account for internal, disciplinary develop- understand the merits and potential of the
ments. The fact that IR is conceived as an former. This is especially the case for those
academic enterprise devoted to the study of like Holden and others who have associated
international politics does not automatically a contextual approach to disciplinary history
imply that exogenous events that comprise with the work of Quentin Skinner and John

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ON THE HISTORY AND HISTORIOGRAPHY OF INTERNATIONAL RELATIONS 13

Pocock on the history of ideas. The claim is story of the field’s development has been
that advocates of an internal approach do not framed. The story of the great debates has
understand their work very well and there- served to demonstrate either coherence or
fore inappropriately dismiss it (Holden, 2002; incoherence but, most commonly, the idea
Quirk and Vigneswaran, 2005). The basic that scientific progress is being made. The
argument of Skinner and the Cambridge widespread belief that the field’s history has
School of intellectual historians is that ideas been characterized by three successive great
have to be situated in their proper historical debates is so pervasive and dominant that, as
and linguistic context. An internal focus is Waever notes, “there is no other established
deemed to be both erroneous and impossible, means of telling the history of the discipline”
with critics contending that contextual fac- (1998: 715). The story of the field’s three
tors are conspicuously present in the work great debates is, as Steve Smith (1995) and
done by those who claim to be utilizing an Kjell Goldmann (1996) have argued, one of
internal approach (Brown, 2000; Holden, the most dominant self-images of the field.
2002; Little, 1999). This charge, however, While all academic disciplines experience
really misses the mark and makes it appear their share of disciplinary controversy, IR
that an internal approach assumes that the may be unique in that most practitioners
history of IR can be written as if it were her- believe that the history of the field has been
metically sealed from the world of interna- singularly marked by these defining debates.
tional politics. This view has been reinforced by explaining
Perhaps one way to resolve the debate the debates in terms of exogenous influences
between internal and external accounts is such as the outbreak of the Second World
simply to frame the issue in terms of what is War, the Vietnam debacle, and the end of the
the most appropriate and relevant context for Cold War. Perhaps more than any other claim
understanding the history of IR. The debate about the general history of the field, that
should not be construed in terms of whether which postulates three great debates must be
(external) context matters or not, but what is critically examined. It is not entirely clear
the most appropriate context. One does not that all of the debates actually have taken
need to be a constructivist to recognize that place, and an examination of the discursive
contexts are always constructed and do not artifacts of the field leads one to ask if the
have an objective and independent existence. field’s history has been seriously distorted by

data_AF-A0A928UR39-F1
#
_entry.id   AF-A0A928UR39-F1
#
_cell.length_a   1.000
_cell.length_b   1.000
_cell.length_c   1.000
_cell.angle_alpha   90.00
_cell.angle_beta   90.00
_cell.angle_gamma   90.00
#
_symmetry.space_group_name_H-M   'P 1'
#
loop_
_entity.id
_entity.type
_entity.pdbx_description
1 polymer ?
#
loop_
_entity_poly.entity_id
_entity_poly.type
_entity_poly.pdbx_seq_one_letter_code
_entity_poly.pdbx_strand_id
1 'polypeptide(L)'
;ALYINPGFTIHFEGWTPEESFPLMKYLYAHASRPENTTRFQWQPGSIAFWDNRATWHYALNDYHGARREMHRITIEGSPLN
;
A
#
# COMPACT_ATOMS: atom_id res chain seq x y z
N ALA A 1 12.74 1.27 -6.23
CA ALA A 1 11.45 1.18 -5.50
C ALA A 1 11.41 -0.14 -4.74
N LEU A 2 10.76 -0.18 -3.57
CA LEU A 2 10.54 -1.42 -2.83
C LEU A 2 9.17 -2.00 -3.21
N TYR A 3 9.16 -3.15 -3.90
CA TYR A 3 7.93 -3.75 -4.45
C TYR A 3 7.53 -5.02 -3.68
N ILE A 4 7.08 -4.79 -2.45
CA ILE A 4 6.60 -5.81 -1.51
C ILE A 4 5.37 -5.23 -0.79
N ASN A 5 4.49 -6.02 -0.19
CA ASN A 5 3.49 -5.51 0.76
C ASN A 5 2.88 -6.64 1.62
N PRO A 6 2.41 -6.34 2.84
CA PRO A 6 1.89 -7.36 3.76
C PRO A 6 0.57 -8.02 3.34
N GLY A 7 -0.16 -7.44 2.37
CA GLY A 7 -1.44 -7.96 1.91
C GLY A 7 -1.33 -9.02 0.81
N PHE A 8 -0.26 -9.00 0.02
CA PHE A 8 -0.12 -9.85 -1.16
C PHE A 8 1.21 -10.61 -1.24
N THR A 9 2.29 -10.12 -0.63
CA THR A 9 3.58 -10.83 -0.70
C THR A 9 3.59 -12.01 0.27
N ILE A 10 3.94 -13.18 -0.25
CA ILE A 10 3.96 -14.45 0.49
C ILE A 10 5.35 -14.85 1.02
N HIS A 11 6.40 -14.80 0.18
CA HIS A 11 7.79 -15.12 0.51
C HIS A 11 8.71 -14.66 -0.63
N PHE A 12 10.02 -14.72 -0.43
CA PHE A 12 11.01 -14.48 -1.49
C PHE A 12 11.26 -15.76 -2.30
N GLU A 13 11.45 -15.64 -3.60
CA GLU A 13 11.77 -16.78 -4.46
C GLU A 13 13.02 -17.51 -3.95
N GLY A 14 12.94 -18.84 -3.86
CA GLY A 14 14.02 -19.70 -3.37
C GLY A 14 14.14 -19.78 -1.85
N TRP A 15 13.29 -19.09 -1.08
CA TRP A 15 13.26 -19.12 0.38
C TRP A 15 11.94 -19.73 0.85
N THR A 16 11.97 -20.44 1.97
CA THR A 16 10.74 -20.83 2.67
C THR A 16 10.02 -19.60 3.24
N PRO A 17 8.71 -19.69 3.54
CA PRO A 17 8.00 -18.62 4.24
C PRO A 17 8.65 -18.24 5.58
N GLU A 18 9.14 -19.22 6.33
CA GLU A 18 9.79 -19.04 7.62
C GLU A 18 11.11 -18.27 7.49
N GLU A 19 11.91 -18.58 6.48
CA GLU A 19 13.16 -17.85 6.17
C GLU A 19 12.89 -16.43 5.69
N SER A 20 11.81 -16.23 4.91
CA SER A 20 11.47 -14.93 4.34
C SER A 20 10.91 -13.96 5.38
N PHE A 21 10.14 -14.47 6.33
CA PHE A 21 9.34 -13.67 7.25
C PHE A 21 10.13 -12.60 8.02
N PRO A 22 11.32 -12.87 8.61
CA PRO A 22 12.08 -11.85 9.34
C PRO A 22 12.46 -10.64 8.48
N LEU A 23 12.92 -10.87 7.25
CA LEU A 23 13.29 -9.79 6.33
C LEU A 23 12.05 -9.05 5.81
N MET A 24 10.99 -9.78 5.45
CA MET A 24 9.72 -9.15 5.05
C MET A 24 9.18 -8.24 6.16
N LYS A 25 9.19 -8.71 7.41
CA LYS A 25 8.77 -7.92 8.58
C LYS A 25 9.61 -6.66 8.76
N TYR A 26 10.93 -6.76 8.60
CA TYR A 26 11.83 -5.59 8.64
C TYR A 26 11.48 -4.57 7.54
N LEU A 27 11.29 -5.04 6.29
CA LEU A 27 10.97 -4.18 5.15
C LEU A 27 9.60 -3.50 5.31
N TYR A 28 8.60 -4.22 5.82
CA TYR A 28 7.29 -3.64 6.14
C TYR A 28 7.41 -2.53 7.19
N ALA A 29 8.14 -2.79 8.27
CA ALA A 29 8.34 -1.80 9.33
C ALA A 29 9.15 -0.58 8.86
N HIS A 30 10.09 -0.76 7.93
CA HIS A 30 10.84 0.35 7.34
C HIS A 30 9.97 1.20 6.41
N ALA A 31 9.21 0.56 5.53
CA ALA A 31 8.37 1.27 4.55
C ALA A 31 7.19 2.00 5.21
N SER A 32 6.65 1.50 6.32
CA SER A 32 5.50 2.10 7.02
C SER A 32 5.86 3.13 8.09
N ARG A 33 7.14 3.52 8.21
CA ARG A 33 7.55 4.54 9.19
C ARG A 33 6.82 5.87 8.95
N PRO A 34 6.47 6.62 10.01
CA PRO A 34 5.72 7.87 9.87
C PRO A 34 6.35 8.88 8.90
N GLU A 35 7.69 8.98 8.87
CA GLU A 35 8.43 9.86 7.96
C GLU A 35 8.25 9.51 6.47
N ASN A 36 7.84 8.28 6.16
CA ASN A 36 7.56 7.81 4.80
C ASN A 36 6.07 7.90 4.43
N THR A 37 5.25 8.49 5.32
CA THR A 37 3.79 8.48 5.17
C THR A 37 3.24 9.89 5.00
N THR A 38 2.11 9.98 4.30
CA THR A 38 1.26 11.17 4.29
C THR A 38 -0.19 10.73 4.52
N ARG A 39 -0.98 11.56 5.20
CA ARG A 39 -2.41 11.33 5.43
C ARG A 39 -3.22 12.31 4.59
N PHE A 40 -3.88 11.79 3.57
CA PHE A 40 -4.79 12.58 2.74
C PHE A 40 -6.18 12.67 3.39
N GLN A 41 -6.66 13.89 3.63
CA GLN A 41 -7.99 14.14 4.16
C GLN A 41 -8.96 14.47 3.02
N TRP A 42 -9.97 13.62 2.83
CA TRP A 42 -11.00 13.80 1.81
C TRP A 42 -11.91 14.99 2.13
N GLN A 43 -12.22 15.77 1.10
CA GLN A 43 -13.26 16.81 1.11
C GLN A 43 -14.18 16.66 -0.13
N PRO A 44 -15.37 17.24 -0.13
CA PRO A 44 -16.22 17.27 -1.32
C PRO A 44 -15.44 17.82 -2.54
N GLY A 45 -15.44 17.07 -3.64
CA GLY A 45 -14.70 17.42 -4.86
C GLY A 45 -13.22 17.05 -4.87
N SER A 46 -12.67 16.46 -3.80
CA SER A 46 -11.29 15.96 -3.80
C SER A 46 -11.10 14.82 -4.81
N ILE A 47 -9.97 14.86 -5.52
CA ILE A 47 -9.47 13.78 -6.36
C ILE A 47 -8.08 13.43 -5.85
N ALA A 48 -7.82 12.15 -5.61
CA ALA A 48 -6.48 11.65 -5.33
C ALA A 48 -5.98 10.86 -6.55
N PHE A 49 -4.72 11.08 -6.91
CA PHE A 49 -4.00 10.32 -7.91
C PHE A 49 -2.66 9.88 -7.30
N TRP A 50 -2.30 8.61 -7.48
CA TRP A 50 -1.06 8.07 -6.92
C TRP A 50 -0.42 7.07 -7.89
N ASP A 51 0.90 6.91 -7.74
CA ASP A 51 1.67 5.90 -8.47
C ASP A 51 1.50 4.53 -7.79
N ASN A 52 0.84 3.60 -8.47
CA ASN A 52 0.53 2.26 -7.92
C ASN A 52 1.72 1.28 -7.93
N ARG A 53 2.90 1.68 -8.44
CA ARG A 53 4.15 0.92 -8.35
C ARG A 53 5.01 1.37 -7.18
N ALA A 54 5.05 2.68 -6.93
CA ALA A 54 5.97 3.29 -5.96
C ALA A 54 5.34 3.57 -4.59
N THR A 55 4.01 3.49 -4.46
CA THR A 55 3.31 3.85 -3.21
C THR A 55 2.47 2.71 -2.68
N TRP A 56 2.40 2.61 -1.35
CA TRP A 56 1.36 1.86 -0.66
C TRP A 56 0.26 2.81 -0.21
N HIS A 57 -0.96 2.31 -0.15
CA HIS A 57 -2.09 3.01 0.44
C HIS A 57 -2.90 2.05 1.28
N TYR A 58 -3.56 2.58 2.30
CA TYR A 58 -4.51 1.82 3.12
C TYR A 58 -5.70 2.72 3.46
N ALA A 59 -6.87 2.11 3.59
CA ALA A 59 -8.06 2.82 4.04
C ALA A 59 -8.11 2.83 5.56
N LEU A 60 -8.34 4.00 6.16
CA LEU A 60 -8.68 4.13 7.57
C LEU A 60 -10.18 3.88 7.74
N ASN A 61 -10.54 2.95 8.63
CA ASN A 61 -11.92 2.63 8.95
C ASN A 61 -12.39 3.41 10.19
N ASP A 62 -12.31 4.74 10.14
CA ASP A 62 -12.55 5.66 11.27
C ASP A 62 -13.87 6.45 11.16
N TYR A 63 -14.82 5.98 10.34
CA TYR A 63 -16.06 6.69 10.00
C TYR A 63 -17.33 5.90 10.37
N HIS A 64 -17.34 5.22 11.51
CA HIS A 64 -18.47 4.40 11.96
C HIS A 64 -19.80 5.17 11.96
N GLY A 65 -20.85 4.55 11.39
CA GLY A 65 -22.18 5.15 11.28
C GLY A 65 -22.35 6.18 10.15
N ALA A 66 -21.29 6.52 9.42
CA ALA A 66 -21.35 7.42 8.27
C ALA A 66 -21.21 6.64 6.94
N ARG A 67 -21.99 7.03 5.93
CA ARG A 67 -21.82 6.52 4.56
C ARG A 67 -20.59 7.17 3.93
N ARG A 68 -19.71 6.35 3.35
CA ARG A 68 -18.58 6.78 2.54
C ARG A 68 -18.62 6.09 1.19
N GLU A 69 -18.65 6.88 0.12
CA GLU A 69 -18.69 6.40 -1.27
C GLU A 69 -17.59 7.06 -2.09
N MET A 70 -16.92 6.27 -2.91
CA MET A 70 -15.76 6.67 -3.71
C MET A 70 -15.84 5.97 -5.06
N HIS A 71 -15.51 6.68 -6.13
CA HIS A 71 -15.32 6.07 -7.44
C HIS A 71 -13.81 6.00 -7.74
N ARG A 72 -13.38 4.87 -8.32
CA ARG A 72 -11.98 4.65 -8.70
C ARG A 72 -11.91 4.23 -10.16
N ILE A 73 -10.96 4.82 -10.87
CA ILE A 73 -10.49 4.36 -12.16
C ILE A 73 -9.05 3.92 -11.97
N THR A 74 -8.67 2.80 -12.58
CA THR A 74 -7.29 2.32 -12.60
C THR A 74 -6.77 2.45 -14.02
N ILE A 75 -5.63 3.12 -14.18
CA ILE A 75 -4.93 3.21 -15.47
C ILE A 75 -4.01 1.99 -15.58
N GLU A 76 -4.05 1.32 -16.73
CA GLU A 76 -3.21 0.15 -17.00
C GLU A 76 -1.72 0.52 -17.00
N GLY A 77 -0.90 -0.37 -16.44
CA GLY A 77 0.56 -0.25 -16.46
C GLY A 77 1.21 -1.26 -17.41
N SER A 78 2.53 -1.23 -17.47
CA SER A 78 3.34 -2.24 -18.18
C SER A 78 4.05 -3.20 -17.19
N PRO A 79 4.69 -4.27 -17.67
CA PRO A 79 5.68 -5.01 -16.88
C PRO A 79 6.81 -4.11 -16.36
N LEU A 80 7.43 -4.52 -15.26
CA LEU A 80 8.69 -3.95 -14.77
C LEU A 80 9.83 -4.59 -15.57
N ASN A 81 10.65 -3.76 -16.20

Contexts, after all, are not logically compara- viewing it within this framework. I do not
ble to the things being contextualized, but are deny that the field has experienced numerous
constructions created and reimposed from controversies, but I question the appropriate-
the perspective of the present. And because ness of understanding them in terms of the
of the fact that IR is widely perceived as a conventional story of the field’s three great
field that studies the activity of international debates.
politics “out there” does not at all imply that
there is a singular external context that we all
could point to as shaping the history of the What were the debates about?
academic conversation about something con-
ventionally termed international relations. According to the conventional wisdom, the
first great debate, which Miles Kahler (1997)
has termed the “foundational myth of the
field,” was between the interwar “idealists”
THE GREAT DEBATES and the postwar “realists.” Almost every his-
torical account concedes that the realists won
Within the orthodox historiography of IR, it the first debate and, as a result, reoriented the
has been through the organizing device of the field in a more practical and scientific direc-
image of a series of “great debates” that the tion (Fox, 1949; Guzzini, 1998; Thompson,

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14 HANDBOOK OF INTERNATIONAL RELATIONS

1960; Waldo, 1954). The alleged superiority was one of the early advocates of what came
of the realist view has made it appear unnec- to be known as the “scientific approach.”
essary to consider carefully the nature of the A growing sentiment among American schol-
claims made by those writing in the field ars was that the field was losing ground in its
prior to the Second World War or even the quest to acquire the mantle of science. While
writings of many of those who are consid- realism, it was argued, served a number
ered early realists. The interwar “idealists,” of paradigmatic functions, some scholars
who are greatly disparaged, are typically claimed that its tenets, such as the a priori
depicted as a group of utopian pacifists and foundational claim that the struggle for power
legalists who focused their attention on stemmed from basic biological drives rooted
reforming international politics rather than in human nature, as well as its methodology,
on analyzing the realities of politics among which relied heavily on historical examples,
nations. The “debate,” which allegedly took were preventing the field from achieving